Currently president and CEO of the Chicago Community Trust, a civic and philanthropic engagement foundation dedicated to improving the region, Dr. Helene D. Gayle ’76 has also led the international humanitarian organization CARE USA. Following her residency in pediatric medicine, Gayle joined the Epidemic Intelligence Service at the Centers for Disease Control and Prevention where she studied malnutrition in children, evaluated and implemented survival programs in Africa, and worked on HIV/AIDS research, policy, and programs. Gayle received Barnard’s Woman of Achievement Award in 2001 and the College’s highest honor, the Barnard Medal of Distinction, in 2012.
1977 – 1987
Two years after graduating from Barnard, chef, entrepreneur, and food trailblazer Liz Neumark ’77 hired struggling New York City actors for her private parties business Great Performances: Artists as Waitresses. The company also operates restaurants in hotels and event spaces, supplies organic produce to farmers’ markets, and donates to anti-hunger organizations. In 2019, the New York Post announced Great Performances will move to a newly renovated complex in the Bronx, where the Sylvia Center, a non-profit that educates neighborhood young people on how to cook nutritional meals, will be a neighbor. Neumark serves on the Governor’s Food Policy Council and on the board of The Athena Center for Leadership Studies. In 2012, she was presented with Barnard’s Woman of Achievement Award.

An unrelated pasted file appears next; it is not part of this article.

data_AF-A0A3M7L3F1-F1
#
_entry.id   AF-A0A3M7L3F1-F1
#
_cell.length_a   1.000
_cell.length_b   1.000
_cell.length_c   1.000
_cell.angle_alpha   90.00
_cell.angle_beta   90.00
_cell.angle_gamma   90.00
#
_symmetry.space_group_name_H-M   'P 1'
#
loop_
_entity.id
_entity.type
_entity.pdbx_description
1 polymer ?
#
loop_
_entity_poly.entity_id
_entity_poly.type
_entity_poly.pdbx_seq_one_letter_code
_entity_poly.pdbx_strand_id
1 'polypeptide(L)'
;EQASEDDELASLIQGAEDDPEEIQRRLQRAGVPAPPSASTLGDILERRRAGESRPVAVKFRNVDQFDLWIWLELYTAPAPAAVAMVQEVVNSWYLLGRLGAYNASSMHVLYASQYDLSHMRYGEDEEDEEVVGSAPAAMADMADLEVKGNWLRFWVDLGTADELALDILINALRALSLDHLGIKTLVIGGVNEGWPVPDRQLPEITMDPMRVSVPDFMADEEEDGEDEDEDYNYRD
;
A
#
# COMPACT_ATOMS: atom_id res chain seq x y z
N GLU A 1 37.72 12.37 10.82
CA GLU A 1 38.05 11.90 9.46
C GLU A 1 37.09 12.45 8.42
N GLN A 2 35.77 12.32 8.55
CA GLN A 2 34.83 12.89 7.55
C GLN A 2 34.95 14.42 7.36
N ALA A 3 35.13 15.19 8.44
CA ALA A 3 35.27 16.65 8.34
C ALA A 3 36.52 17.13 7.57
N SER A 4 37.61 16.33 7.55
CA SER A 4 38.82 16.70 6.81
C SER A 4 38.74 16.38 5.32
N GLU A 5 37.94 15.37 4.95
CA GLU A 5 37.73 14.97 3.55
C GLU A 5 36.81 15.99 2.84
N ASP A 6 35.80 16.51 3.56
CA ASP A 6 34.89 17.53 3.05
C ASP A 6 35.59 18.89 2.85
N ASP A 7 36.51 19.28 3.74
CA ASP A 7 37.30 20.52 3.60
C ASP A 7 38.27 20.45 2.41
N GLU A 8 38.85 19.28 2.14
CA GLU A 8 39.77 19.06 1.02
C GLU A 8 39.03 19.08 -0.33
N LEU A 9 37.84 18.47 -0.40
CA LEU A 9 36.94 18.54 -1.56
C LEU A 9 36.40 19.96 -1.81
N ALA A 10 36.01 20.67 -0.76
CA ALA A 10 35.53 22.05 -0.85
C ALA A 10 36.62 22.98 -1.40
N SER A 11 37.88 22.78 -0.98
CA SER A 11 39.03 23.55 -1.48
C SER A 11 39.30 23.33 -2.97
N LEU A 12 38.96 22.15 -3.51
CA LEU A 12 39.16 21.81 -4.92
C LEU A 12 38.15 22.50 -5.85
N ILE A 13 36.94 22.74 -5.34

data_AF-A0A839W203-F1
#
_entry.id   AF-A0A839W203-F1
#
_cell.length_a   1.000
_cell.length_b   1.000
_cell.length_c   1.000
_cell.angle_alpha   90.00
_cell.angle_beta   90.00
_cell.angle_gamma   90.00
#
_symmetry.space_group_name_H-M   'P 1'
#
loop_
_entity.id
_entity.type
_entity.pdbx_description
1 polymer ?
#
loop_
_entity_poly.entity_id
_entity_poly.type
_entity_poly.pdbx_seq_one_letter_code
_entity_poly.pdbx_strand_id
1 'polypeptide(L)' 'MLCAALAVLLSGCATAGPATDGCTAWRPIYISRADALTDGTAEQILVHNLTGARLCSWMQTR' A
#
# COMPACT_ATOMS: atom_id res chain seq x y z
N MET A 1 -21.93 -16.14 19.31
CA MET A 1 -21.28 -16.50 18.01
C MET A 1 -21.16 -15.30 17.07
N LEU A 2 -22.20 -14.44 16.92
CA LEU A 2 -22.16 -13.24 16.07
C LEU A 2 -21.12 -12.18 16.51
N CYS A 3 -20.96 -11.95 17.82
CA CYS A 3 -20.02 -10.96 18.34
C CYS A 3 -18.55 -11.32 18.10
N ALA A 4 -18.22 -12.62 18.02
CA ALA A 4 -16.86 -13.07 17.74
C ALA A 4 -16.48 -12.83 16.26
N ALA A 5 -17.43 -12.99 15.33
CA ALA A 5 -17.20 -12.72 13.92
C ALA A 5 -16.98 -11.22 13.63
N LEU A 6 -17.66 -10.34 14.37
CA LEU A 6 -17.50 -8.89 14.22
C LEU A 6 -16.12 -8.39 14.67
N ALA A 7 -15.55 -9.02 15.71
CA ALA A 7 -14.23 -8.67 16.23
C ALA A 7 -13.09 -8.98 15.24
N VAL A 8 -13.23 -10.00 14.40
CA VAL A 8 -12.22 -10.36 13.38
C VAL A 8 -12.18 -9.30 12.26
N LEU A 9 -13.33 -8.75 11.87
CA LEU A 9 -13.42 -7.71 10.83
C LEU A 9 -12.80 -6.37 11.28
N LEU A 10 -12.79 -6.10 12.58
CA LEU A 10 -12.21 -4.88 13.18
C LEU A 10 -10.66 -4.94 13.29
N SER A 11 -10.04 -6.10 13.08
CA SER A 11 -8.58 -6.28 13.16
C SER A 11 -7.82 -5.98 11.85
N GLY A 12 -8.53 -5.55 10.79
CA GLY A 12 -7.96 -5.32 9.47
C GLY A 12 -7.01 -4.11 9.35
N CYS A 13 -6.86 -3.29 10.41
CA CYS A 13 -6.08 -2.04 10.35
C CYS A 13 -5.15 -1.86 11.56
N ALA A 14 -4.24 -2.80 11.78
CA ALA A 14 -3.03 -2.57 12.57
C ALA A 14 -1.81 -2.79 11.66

Rabbi Sharon Kleinbaum ’81 has been arrested, jailed, and praised for her human rights advocacy work, which began in her first year at Barnard when she led protests against the College’s investments in South Africa and against the proliferation of nuclear weapons. In 1992, Kleinbaum became rabbi of Congregation Beit Simchat Torah, the world’s largest LGBTQ synagogue. Kleinbaum has also been involved in various citywide commissions and committees on LGBTQ runaway and homeless youth and human rights issues. Newsweek has called her one of the “50 most influential rabbis in America,” and one of “150 women who shake the world.” [Photo credit: Congregation Beit Simchat Torah]
1988 – 1998
As a reporter for The Washington Post, Katherine Boo ’88 won a Pulitzer Prize for Public Service for her series on neglect and abuse in group homes for the intellectually disabled. Her work led officials to begin reforms. In 2012, she won the National Book Award for Nonfiction for her first book, Behind the Beautiful Forevers: Life, Death and Hope in a Mumbai Undercity, which she wrote after living in the slums of Mumbai.